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New Work: Harley-Davidson Museum


Harley-Davidson kicks off a four day celebration of its 105th anniversary tomorrow as riders and Harley enthusiasts from all over the country converge on Milwaukee. Concerts, street parties and organized rides will be taking place throughout the city, with many of the events being held at the Pentagram-designed Harley-Davidson Museum. Having only opened in mid-July, celebrants will be some of the first to experience the museum’s permanent exhibition, designed by Abbott Miller and his team, as they have the opportunity to explore the history, engineering and cultural impact of this American icon.

Developed in close coordination with the building’s design, and working closely with the museum’s curatorial staff, Miller developed an exhibit design narrative that conveyed the stories the curatorial staff wanted to tell. These stories were best told through both a chronological and thematic narrative that unfolds within the building — and through the display of 145 bikes from the company’s extensive archive.

A tour of the exhibition after the jump.


The Harley-Davidson story begins on the museum’s upper level with a striking array of premier bikes all arrayed down the center of the museum’s main hall. This “road” was central to the exhibition’s design concept and serves to link the floors as it follows visitors to the end of their journey.

Along the way, visitors encounter a series of galleries that present the history of the Motor Company from its founding to the present, as told through motorcycles, posters, photographs and printed ephemera. A series of elegant slatted walls create an intimate setting for the story, punctuated by large-scale images, film clips and interactive story displays. On the upper level, two large galleries flank the main hall, the first of which is the Engine Room that presents the V-Twin engine as the technological, symbolic and visual heart of Harley-Davidson. As visitors enter the gallery, they see a motorcycle in profile, and as they move further into the space, the motorcycle is revealed as a series of “slices” that coalesce into a unified image, with the V-twin engine at its center. A dramatic canted wall arrays the evolution of the engine and provides an interactive console that brings the machine to life.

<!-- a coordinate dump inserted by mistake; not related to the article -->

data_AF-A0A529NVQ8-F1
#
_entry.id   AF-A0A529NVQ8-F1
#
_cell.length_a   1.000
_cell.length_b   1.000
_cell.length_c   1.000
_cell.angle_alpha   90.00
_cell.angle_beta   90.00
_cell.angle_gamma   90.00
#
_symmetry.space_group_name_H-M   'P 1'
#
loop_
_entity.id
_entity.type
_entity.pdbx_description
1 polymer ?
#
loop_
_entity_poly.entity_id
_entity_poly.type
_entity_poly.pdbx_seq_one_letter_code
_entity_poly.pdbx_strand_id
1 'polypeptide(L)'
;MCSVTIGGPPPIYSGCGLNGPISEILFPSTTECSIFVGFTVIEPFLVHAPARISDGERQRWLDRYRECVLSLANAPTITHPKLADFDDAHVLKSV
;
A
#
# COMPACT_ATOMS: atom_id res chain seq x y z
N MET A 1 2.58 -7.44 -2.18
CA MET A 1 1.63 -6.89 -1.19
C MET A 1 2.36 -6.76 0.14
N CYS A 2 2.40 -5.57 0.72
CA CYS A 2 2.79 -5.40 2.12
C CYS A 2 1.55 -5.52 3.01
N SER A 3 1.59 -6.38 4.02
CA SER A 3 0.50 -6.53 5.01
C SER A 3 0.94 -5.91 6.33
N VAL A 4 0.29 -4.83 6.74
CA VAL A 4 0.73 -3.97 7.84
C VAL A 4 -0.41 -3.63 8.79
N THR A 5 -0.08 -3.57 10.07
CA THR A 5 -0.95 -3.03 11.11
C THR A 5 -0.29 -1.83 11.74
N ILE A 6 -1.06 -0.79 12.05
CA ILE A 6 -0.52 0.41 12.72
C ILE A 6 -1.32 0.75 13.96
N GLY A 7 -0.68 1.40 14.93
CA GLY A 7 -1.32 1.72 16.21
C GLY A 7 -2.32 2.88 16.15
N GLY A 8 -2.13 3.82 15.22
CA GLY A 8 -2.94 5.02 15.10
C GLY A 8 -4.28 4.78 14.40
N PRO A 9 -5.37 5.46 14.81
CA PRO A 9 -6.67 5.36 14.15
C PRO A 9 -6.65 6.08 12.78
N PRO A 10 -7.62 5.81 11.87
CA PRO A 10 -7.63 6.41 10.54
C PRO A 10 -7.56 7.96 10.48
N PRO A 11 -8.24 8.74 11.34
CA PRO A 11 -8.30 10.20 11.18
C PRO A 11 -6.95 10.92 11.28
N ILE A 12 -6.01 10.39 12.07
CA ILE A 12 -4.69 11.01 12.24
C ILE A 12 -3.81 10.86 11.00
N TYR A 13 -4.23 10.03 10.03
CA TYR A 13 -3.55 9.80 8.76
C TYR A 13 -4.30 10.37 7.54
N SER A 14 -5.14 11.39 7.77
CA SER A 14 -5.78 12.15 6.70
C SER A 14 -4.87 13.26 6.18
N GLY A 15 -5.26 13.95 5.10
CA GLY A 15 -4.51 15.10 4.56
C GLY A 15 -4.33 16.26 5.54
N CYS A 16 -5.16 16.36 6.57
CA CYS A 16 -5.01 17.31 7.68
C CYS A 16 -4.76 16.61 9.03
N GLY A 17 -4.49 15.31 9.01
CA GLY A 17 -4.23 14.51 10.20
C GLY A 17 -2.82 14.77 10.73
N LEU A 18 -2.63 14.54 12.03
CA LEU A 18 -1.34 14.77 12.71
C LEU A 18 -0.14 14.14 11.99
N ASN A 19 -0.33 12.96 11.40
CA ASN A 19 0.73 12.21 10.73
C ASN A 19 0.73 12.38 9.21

In the second large gallery, devoted to racing clubs and rallies, a dramatically curved wooden structure replicates a board track, the wooden racing courses upon which riders raced at speeds upwards of 100 miles per hour on motorcycles without brakes. The board track displays a series of racing bikes animated by an intermittent wash of vintage footage of actual races. The gallery is dominated by a large display case in the center that arrays colorful jackets, pennants and memorabilia from various clubs and rallies. At the opposite end of the space, four vintage hill-climbers race up a sloped wall that was braced during construction to replicate the extreme inclines that hill-climbers endured. The second floor galleries conclude with Harley’s major role as a producer of equipment for World War II.